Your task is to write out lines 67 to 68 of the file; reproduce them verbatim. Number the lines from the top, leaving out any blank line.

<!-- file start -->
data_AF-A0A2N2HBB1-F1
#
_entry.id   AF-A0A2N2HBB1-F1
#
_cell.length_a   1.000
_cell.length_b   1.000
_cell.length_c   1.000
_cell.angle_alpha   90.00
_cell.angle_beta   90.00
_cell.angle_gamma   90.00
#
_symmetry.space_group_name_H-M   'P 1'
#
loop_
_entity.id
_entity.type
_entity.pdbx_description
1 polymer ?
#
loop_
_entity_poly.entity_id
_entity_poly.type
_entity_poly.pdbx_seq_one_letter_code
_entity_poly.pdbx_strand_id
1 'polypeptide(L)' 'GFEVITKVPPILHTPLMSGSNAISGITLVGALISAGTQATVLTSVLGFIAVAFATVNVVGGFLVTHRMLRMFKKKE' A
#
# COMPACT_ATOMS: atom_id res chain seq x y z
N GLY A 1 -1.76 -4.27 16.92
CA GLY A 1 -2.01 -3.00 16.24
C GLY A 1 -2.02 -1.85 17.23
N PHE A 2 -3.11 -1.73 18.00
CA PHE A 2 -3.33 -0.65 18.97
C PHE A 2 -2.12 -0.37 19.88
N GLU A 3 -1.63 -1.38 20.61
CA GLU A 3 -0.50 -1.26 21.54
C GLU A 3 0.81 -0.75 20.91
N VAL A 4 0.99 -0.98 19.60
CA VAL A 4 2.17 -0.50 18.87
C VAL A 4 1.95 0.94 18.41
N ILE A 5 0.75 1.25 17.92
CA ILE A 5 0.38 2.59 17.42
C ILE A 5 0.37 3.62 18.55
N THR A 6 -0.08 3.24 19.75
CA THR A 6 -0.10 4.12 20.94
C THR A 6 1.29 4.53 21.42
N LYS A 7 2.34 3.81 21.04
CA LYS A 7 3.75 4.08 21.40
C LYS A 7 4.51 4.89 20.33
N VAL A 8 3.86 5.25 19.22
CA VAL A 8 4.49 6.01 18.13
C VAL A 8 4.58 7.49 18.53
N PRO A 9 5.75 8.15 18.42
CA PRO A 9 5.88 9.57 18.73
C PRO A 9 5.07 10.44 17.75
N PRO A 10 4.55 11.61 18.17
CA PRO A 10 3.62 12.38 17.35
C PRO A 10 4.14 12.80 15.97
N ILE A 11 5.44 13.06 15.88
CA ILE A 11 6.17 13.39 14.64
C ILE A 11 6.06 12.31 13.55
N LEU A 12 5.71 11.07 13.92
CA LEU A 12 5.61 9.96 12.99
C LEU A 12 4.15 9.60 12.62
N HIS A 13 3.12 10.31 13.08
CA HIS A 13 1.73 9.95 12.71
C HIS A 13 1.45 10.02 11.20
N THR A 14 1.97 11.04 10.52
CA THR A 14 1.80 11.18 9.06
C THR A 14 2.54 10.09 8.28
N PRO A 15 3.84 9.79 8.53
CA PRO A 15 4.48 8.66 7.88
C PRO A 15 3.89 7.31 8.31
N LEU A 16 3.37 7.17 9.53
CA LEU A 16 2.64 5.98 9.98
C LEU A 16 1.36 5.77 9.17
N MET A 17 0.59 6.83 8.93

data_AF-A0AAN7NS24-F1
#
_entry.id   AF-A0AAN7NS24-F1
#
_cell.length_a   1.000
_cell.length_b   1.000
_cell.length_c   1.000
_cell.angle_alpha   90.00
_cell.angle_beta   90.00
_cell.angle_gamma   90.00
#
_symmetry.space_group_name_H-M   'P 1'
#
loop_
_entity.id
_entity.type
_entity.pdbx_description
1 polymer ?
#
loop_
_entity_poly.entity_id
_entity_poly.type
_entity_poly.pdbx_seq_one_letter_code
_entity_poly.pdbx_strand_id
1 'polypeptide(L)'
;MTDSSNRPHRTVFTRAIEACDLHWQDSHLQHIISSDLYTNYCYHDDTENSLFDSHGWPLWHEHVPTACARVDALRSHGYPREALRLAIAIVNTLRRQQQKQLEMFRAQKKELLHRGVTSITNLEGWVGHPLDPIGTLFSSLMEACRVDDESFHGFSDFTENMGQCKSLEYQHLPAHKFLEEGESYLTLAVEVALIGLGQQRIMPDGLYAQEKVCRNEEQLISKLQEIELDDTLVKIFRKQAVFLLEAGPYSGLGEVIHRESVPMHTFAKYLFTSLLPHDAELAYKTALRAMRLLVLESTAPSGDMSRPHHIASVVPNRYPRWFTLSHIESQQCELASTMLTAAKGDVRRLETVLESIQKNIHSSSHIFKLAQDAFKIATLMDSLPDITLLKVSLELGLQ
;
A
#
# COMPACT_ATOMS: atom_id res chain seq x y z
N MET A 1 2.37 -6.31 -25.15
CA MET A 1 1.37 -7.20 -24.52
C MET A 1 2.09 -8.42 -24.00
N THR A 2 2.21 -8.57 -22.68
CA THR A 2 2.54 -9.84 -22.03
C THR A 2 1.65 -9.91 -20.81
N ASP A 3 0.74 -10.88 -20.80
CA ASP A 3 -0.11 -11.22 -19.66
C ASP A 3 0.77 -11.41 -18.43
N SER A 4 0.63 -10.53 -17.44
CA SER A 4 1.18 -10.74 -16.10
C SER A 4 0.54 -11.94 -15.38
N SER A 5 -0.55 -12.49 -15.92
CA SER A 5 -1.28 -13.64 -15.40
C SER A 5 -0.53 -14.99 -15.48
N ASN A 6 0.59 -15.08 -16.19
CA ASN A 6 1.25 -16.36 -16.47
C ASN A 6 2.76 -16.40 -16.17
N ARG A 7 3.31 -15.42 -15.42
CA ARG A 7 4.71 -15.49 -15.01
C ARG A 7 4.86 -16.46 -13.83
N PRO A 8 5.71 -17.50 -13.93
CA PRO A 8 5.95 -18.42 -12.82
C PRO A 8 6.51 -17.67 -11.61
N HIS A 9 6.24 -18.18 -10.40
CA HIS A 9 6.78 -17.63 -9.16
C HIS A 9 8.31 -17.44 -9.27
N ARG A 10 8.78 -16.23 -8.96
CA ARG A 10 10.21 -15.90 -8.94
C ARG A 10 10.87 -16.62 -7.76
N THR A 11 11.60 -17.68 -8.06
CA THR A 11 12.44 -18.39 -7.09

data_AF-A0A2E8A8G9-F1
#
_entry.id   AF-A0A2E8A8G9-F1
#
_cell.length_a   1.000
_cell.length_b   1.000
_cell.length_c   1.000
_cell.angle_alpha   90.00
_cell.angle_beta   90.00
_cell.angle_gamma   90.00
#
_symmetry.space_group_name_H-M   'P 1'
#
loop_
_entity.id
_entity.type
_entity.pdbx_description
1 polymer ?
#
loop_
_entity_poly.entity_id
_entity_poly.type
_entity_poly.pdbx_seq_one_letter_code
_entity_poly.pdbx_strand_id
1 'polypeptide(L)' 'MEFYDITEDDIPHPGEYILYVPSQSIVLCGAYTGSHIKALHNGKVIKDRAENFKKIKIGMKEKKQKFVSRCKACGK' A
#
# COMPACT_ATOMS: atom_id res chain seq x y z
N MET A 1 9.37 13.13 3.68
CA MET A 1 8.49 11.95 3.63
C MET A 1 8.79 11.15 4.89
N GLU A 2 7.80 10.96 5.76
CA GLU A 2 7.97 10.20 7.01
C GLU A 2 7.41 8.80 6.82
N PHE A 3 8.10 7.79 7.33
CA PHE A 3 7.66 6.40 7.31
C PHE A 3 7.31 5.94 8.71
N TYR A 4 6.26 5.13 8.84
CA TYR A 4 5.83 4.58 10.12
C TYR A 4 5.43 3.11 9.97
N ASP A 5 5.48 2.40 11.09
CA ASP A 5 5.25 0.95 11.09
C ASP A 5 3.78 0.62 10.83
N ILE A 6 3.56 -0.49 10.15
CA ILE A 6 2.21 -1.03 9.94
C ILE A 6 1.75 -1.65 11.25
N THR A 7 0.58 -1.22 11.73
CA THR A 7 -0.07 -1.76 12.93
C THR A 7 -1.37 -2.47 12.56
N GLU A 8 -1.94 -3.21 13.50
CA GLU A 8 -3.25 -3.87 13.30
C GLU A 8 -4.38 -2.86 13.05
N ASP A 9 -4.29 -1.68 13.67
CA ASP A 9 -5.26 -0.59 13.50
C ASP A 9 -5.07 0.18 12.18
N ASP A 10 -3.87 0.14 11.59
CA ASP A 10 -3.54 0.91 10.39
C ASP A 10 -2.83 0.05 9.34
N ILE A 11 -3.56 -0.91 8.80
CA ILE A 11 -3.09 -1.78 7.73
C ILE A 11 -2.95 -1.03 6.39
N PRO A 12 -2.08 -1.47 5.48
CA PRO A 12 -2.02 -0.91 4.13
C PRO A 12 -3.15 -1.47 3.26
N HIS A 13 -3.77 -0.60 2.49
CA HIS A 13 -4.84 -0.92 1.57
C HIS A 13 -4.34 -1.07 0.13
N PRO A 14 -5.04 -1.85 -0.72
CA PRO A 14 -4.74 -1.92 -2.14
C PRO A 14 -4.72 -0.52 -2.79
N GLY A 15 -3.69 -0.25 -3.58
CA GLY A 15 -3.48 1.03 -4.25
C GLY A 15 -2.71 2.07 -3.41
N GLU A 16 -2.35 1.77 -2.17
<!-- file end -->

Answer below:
N THR A 14 1.97 11.04 10.52
CA THR A 14 1.80 11.18 9.06